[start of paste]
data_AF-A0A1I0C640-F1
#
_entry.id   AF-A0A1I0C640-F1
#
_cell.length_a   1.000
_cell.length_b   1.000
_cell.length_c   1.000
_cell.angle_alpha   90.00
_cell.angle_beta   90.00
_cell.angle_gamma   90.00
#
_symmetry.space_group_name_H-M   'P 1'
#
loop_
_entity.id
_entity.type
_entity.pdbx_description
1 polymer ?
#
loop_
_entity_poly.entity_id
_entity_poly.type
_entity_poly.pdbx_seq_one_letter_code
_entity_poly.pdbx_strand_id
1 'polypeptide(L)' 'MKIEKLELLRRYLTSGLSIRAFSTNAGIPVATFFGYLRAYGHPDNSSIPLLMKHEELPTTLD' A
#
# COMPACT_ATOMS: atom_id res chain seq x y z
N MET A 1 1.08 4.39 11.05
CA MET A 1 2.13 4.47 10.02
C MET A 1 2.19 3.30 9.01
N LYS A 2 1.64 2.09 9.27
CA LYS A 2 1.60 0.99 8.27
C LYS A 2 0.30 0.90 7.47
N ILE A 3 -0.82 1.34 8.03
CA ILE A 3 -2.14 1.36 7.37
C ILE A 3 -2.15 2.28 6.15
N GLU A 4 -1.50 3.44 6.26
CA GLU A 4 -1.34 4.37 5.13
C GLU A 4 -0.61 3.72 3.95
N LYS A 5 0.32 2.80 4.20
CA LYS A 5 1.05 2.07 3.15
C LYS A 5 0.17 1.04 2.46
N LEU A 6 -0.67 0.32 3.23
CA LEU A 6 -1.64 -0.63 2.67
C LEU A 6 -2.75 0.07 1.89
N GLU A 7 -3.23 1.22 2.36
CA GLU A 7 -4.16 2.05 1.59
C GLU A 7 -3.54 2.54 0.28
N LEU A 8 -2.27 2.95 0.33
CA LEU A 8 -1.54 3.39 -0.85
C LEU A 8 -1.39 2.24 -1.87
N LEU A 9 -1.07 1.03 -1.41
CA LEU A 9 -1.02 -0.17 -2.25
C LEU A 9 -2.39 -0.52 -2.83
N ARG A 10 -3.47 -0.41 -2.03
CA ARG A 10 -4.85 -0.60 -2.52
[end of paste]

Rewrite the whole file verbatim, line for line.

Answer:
data_AF-A0A1I0C640-F1
#
_entry.id   AF-A0A1I0C640-F1
#
_cell.length_a   1.000
_cell.length_b   1.000
_cell.length_c   1.000
_cell.angle_alpha   90.00
_cell.angle_beta   90.00
_cell.angle_gamma   90.00
#
_symmetry.space_group_name_H-M   'P 1'
#
loop_
_entity.id
_entity.type
_entity.pdbx_description
1 polymer ?
#
loop_
_entity_poly.entity_id
_entity_poly.type
_entity_poly.pdbx_seq_one_letter_code
_entity_poly.pdbx_strand_id
1 'polypeptide(L)' 'MKIEKLELLRRYLTSGLSIRAFSTNAGIPVATFFGYLRAYGHPDNSSIPLLMKHEELPTTLD' A
#
# COMPACT_ATOMS: atom_id res chain seq x y z
N MET A 1 1.08 4.39 11.05
CA MET A 1 2.13 4.47 10.02
C MET A 1 2.19 3.30 9.01
N LYS A 2 1.64 2.09 9.27
CA LYS A 2 1.60 0.99 8.27
C LYS A 2 0.30 0.90 7.47
N ILE A 3 -0.82 1.34 8.03
CA ILE A 3 -2.14 1.36 7.37
C ILE A 3 -2.15 2.28 6.15
N GLU A 4 -1.50 3.44 6.26
CA GLU A 4 -1.34 4.37 5.13
C GLU A 4 -0.61 3.72 3.95
N LYS A 5 0.32 2.80 4.20
CA LYS A 5 1.05 2.07 3.15
C LYS A 5 0.17 1.04 2.46
N LEU A 6 -0.67 0.32 3.23
CA LEU A 6 -1.64 -0.63 2.67
C LEU A 6 -2.75 0.07 1.89
N GLU A 7 -3.23 1.22 2.36
CA GLU A 7 -4.16 2.05 1.59
C GLU A 7 -3.54 2.54 0.28
N LEU A 8 -2.27 2.95 0.33
CA LEU A 8 -1.54 3.39 -0.85
C LEU A 8 -1.39 2.24 -1.87
N LEU A 9 -1.07 1.03 -1.41
CA LEU A 9 -1.02 -0.17 -2.25
C LEU A 9 -2.39 -0.52 -2.83
N ARG A 10 -3.47 -0.41 -2.03
CA ARG A 10 -4.85 -0.60 -2.52